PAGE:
The fats that are present in chickpea are unsaturated and have low levels of cholesterol, and thus good for human consumption (Sharma, Sanjeev, Yadav, Singh, and Kumar 806). Moreover, starch and fibers provide energy and roughages respectively. Riboflavin, thiamin, pyridoxine, and niacin are some of the vitamins that are present in chickpea. The presence of these vitamins makes chickpea a nutritious crop. Chickpea also has minerals such as iron, copper, zinc, and magnesium, which are essential in the human body.
To improve nutritional value of chickpea, biotechnologists have employed a number of approaches. Hybridization is one of the methods that biotechnologists have used in breeding of chickpea to improve its productivity and nutritional value. In hybridization approach, biotechnologists employ single, triple, and multiple crosses when improving genome of chickpea. The combination of the crosses through backcross enables biotechnologists to insert new traits into native breeds or other hybrids.
In addition to hybridization approach, genomics-assisted breeding is an underway approach that aims at enhancing the traits of chickpea. Gaur, Jukanti, and Varshney state that application of genomic tools in breeding of chickpea has enhanced its productivity and nutritional value (212). Thus, genomic-assisted breeding is a breeding approach that has a great potential of improving nutritional value, since it entails the incorporation of other genes into chickpea.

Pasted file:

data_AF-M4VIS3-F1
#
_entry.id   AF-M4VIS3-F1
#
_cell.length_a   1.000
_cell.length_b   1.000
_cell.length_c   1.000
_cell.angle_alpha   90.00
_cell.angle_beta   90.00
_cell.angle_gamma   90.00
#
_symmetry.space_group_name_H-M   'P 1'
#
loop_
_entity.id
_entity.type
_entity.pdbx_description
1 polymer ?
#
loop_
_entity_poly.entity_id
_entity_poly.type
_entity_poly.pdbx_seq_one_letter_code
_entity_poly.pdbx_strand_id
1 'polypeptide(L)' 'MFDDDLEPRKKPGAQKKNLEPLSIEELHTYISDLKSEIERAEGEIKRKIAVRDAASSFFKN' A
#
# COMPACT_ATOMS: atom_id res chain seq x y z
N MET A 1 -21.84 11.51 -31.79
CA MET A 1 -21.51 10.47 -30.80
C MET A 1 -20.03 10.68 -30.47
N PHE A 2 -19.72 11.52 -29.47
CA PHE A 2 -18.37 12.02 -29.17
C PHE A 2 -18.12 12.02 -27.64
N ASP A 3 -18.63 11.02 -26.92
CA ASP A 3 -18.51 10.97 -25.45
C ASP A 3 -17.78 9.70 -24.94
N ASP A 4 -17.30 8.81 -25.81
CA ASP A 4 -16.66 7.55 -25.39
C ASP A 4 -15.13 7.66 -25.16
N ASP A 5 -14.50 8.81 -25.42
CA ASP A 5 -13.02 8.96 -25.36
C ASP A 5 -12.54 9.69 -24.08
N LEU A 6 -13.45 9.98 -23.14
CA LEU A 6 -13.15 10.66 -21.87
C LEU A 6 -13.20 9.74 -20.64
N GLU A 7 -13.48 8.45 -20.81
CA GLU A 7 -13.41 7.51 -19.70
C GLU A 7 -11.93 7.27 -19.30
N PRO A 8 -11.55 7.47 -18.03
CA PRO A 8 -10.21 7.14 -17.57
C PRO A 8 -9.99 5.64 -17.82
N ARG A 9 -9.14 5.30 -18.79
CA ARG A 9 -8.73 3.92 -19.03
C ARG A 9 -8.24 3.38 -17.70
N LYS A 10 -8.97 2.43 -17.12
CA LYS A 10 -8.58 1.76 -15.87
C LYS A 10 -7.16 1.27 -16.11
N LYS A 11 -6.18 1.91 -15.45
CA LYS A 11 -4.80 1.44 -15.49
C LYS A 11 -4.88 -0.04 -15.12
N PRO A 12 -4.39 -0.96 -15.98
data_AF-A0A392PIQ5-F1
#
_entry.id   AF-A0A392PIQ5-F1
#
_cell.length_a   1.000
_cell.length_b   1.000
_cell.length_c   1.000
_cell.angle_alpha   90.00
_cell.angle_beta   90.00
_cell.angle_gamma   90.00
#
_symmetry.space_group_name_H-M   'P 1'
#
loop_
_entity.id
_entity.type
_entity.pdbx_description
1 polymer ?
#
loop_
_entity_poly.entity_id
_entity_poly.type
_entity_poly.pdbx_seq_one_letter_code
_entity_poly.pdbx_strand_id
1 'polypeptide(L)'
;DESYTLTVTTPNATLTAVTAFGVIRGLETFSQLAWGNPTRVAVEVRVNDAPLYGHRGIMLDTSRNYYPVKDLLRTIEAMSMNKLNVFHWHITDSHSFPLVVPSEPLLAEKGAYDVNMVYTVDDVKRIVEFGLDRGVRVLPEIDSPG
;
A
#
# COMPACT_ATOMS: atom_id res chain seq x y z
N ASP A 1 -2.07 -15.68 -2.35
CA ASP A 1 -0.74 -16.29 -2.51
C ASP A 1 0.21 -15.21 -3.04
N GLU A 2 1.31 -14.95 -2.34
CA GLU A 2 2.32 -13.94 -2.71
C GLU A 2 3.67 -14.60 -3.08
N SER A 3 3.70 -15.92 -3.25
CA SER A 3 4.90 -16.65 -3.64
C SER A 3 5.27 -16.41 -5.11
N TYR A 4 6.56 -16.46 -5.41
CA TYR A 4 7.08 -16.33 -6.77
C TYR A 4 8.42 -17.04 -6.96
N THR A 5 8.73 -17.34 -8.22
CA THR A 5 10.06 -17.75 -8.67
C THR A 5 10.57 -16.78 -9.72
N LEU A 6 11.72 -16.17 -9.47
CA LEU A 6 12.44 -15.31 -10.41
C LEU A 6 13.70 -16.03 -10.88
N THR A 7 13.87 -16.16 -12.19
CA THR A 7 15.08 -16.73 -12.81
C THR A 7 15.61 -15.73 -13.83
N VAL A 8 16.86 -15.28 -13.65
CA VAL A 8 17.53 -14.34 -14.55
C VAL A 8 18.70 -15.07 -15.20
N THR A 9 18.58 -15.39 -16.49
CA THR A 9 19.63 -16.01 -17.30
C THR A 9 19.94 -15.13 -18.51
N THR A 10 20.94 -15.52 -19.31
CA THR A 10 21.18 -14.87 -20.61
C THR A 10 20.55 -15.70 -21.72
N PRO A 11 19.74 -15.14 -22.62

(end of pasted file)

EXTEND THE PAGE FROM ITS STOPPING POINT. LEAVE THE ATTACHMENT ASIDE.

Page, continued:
Biotechnologists have devised numerous ways of ensuring that chickpea has increased resistance to pests and diseases. Helicoverpa armigera (pod borer) is a common pest that severely affects chickpea, and thus reduces yields significantly. To prevent the pest, biotechnologists have developed genetically modified chickpea that is resistant to the pod borer. According to Acharjee and Sarmah, biotechnologists have managed to insert a gene of Bacillus thuringesis (Bt gene), which confers insecticidal property to chickpea, and thus enables it to resist the attack of pod borers (5709).
Moreover, biotechnologists have developed chickpea that is resistant to fungal blight. The use of hybridization is another way of improving yields and productivity of chickpea. “Conventional breeding approaches have given over 350 improved cultivars, which have contributed to improved productivity, reduced fluctuations in yield, and enhanced adoption of chickpea to new niches” (Gaur, Jukanti, and Varshney 200). This means that hybridization by crossing the native and the hybrid varieties have enhanced traits of chickpea.
Importance of Biotechnology
Application of biotechnology in the development of chickpea hybrids that are resistant to pests and diseases has reduced the cost of using pesticides, fungicides, and bactericides. Consequently, resistance of chickpea to pests and diseases leads to increased yields. Gaur, Jukanti, and Varshney assert that the development of hybrids that have enhanced productivity of chickpea because biotechnology improves the traits of the wild chickpea (208). The wild varieties of chickpea are not only susceptible to pests and diseases, but they are also unproductive. Thus, the use of biotechnology is important because it increases the resistance of chickpea to pests and diseases, and improves yields.